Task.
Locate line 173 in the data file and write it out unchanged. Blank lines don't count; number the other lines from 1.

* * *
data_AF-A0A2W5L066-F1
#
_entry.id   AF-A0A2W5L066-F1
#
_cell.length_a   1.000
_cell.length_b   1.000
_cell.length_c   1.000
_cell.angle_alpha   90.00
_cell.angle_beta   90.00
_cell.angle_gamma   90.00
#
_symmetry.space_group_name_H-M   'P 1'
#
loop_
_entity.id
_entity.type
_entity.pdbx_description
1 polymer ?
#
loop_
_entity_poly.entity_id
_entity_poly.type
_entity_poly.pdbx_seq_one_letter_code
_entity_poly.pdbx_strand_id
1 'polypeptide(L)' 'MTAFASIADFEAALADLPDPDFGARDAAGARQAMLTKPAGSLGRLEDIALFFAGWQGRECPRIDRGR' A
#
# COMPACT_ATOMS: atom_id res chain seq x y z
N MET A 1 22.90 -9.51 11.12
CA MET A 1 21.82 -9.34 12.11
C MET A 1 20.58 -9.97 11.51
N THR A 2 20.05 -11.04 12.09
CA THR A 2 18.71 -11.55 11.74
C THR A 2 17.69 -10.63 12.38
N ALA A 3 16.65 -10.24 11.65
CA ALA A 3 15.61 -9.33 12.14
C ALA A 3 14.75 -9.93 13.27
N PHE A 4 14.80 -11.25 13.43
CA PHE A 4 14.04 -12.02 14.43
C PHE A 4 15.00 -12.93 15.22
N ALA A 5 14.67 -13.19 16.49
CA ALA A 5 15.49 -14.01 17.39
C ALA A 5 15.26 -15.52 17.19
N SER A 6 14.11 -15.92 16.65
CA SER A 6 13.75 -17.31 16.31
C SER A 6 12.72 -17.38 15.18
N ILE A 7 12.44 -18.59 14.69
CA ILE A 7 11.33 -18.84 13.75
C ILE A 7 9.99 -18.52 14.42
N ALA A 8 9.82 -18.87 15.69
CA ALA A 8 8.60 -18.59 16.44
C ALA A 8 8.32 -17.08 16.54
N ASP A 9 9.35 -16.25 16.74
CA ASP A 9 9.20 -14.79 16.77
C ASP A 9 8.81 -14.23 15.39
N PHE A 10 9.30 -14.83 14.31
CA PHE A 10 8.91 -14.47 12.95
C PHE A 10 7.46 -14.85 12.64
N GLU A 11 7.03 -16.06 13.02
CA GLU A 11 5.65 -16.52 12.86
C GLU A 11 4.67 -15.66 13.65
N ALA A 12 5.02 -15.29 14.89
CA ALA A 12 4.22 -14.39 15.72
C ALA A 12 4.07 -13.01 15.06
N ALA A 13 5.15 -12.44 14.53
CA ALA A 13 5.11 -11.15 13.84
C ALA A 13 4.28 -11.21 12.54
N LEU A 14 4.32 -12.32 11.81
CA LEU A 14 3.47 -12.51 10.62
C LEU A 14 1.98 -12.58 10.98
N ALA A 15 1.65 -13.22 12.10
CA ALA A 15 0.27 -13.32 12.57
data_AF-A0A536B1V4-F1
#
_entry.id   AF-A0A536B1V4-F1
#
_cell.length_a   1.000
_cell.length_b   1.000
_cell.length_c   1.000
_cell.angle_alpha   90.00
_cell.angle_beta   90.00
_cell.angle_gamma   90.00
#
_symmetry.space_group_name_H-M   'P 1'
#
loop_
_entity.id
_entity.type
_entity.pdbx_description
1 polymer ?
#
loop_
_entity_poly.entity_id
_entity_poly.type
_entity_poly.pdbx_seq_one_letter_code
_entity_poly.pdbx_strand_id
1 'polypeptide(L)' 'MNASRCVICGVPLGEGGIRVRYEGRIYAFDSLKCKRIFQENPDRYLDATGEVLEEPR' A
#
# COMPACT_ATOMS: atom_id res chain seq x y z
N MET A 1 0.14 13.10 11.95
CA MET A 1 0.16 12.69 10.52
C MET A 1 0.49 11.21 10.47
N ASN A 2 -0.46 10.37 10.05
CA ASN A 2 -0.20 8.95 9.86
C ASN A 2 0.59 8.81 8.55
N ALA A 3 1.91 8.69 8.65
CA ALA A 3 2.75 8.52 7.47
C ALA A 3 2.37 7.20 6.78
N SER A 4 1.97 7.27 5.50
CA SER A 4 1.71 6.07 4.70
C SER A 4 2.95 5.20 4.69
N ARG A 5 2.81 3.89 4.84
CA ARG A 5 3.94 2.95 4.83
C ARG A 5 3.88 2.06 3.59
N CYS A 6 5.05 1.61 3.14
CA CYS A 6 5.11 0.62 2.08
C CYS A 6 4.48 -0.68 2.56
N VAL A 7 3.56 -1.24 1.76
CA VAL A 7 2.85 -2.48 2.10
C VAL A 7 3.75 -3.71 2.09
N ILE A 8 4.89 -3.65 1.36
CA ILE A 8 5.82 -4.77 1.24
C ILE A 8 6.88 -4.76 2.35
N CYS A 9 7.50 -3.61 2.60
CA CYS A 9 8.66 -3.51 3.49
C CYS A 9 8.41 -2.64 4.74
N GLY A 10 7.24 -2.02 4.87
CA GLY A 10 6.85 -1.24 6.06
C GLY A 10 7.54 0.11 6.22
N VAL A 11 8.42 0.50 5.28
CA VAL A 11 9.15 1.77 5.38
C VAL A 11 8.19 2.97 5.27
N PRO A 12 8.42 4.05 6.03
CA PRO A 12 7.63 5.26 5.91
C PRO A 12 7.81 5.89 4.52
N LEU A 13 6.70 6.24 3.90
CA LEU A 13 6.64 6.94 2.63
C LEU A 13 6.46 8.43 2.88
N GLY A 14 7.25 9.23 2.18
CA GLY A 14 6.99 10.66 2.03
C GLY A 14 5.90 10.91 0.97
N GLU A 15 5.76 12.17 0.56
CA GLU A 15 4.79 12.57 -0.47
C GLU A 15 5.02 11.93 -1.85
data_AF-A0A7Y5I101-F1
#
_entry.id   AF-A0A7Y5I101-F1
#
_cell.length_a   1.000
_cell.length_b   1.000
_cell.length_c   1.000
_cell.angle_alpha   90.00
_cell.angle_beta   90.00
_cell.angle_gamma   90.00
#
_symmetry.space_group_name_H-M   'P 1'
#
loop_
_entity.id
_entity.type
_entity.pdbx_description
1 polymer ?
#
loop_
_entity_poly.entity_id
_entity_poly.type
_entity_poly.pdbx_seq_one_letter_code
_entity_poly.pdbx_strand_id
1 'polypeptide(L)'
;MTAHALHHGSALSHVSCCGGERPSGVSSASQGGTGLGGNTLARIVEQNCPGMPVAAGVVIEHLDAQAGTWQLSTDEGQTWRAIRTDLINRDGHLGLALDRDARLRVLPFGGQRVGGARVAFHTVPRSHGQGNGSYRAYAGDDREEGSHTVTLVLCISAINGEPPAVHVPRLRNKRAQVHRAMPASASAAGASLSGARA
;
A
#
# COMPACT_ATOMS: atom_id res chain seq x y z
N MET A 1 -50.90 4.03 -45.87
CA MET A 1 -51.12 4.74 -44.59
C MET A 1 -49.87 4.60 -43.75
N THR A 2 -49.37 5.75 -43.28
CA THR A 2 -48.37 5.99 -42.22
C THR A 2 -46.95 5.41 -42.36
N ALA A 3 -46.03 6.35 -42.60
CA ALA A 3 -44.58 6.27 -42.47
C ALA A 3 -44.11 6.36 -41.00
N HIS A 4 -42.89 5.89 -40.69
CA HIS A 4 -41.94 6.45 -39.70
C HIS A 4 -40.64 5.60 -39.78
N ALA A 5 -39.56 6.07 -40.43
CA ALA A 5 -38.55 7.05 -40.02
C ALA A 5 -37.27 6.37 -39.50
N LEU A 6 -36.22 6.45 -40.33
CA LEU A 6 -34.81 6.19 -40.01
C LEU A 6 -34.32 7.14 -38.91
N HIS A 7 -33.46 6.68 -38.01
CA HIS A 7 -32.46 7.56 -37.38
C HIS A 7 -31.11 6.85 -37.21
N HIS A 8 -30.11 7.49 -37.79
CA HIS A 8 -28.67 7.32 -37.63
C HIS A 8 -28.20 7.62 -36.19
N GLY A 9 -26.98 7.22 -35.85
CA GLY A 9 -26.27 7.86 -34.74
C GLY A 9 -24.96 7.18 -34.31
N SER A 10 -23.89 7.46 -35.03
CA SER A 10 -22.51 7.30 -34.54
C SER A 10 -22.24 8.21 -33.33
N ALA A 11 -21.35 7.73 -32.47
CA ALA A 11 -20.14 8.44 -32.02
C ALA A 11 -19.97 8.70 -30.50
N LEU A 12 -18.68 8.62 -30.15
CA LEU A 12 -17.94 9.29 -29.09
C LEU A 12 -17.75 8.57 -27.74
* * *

# COMPACT_ATOMS: atom_id res chain seq x y z